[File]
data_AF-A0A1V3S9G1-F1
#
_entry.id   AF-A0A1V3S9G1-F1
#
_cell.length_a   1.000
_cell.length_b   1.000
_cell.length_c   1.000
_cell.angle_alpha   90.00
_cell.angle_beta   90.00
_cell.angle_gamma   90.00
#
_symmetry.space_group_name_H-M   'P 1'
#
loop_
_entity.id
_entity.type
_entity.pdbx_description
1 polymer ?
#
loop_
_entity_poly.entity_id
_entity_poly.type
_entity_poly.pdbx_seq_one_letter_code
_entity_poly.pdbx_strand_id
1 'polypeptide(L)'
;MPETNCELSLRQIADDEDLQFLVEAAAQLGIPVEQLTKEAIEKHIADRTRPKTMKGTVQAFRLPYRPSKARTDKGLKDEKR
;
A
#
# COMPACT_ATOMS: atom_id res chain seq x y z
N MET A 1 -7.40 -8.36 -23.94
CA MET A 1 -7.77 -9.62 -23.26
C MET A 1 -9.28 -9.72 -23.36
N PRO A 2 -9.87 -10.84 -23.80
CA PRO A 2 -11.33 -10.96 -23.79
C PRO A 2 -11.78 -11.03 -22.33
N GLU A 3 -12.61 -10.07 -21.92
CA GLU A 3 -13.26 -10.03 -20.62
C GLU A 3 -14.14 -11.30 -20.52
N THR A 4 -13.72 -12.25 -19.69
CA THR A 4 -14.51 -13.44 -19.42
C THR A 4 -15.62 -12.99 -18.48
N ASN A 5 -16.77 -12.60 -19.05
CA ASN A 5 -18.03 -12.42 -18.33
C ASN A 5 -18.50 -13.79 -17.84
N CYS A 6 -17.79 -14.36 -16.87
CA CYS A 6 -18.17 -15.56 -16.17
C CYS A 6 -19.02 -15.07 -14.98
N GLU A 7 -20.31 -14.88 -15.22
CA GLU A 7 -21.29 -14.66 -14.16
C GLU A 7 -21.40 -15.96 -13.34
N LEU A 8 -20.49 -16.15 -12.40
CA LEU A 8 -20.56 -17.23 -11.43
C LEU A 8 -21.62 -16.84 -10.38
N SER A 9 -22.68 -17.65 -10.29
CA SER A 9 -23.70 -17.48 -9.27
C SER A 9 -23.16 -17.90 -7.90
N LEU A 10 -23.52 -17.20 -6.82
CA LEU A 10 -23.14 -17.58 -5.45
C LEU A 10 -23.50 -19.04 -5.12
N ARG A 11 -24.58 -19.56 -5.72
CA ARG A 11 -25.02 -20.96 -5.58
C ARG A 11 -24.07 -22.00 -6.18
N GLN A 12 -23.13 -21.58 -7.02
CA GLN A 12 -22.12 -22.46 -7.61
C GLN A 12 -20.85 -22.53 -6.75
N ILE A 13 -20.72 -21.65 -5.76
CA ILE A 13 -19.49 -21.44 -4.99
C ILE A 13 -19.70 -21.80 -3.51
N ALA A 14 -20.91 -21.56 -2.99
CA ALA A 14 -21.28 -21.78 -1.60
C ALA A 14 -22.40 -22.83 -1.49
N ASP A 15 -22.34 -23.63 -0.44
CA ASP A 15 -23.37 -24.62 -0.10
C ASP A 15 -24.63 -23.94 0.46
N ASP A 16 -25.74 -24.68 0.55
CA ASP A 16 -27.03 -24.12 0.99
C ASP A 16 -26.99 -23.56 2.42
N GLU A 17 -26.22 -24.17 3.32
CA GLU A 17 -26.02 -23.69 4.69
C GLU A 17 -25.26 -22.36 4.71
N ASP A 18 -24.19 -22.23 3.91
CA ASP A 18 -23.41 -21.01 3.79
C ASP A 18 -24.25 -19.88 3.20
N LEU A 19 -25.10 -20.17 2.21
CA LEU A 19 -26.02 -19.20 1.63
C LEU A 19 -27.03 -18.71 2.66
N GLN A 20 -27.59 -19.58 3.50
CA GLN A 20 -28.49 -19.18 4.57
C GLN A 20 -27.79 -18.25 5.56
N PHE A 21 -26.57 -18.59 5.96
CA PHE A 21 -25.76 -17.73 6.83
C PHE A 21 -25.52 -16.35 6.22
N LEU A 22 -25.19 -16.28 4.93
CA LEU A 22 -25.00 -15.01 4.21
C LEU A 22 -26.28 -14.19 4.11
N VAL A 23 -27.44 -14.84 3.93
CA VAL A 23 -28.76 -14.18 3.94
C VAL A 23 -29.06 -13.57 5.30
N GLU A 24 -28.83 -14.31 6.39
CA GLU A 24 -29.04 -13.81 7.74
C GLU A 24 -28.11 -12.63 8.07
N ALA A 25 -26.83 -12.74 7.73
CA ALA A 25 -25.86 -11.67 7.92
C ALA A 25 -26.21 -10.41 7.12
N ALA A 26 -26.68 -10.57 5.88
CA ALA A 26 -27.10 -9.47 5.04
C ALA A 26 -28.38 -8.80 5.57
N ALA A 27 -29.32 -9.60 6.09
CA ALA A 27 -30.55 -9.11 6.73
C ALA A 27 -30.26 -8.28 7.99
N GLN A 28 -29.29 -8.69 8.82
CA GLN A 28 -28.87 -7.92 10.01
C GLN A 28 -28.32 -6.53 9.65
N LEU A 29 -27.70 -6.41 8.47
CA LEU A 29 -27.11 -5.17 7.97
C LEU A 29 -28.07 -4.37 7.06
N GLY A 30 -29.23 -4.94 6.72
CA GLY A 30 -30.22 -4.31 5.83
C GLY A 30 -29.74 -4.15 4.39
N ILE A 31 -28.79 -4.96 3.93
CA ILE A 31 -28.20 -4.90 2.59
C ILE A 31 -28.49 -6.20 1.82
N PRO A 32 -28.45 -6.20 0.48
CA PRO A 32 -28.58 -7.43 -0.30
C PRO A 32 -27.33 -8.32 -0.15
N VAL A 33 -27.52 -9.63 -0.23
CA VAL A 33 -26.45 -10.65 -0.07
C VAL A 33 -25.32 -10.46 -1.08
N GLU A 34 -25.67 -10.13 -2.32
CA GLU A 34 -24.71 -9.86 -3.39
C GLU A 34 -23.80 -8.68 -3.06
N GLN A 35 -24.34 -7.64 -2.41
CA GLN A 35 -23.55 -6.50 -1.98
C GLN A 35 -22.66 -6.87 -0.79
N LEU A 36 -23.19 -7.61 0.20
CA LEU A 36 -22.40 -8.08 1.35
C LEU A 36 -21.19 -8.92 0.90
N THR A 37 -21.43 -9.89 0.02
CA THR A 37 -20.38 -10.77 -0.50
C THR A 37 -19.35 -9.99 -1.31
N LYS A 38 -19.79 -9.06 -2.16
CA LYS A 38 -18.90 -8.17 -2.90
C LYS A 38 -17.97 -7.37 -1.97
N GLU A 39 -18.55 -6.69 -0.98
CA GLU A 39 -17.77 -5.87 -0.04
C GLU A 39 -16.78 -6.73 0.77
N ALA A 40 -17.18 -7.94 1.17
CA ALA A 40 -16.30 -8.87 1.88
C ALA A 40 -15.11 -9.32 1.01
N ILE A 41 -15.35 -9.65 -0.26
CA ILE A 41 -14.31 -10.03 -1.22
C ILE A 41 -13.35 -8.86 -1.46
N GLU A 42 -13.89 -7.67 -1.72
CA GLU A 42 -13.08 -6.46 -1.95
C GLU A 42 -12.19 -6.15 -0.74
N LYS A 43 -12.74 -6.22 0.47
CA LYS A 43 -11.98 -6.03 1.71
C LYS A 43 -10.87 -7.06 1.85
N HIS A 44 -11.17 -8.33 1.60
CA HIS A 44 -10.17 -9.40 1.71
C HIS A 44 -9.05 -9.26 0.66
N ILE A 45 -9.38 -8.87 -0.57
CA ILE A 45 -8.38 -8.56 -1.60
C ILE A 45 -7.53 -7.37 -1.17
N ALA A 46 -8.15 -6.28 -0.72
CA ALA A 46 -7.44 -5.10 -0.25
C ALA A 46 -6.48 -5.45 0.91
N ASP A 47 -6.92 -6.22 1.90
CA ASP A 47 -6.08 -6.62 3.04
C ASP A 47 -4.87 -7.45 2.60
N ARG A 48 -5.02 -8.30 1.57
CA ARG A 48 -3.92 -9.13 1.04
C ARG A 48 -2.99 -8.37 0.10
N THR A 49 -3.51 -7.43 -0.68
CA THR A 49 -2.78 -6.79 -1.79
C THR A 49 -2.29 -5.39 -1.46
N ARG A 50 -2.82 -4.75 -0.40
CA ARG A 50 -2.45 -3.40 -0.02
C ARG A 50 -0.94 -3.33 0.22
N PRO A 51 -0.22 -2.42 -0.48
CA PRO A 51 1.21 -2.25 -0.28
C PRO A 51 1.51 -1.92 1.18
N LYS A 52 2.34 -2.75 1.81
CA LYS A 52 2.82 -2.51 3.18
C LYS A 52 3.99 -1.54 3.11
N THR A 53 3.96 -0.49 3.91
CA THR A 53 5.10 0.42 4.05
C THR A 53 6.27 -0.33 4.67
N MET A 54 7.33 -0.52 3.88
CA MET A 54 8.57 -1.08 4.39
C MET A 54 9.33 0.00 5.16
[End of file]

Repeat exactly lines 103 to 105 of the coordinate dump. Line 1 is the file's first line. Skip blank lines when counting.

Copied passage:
N ALA A 25 -26.83 -12.74 7.73
CA ALA A 25 -25.86 -11.67 7.92
C ALA A 25 -26.21 -10.41 7.12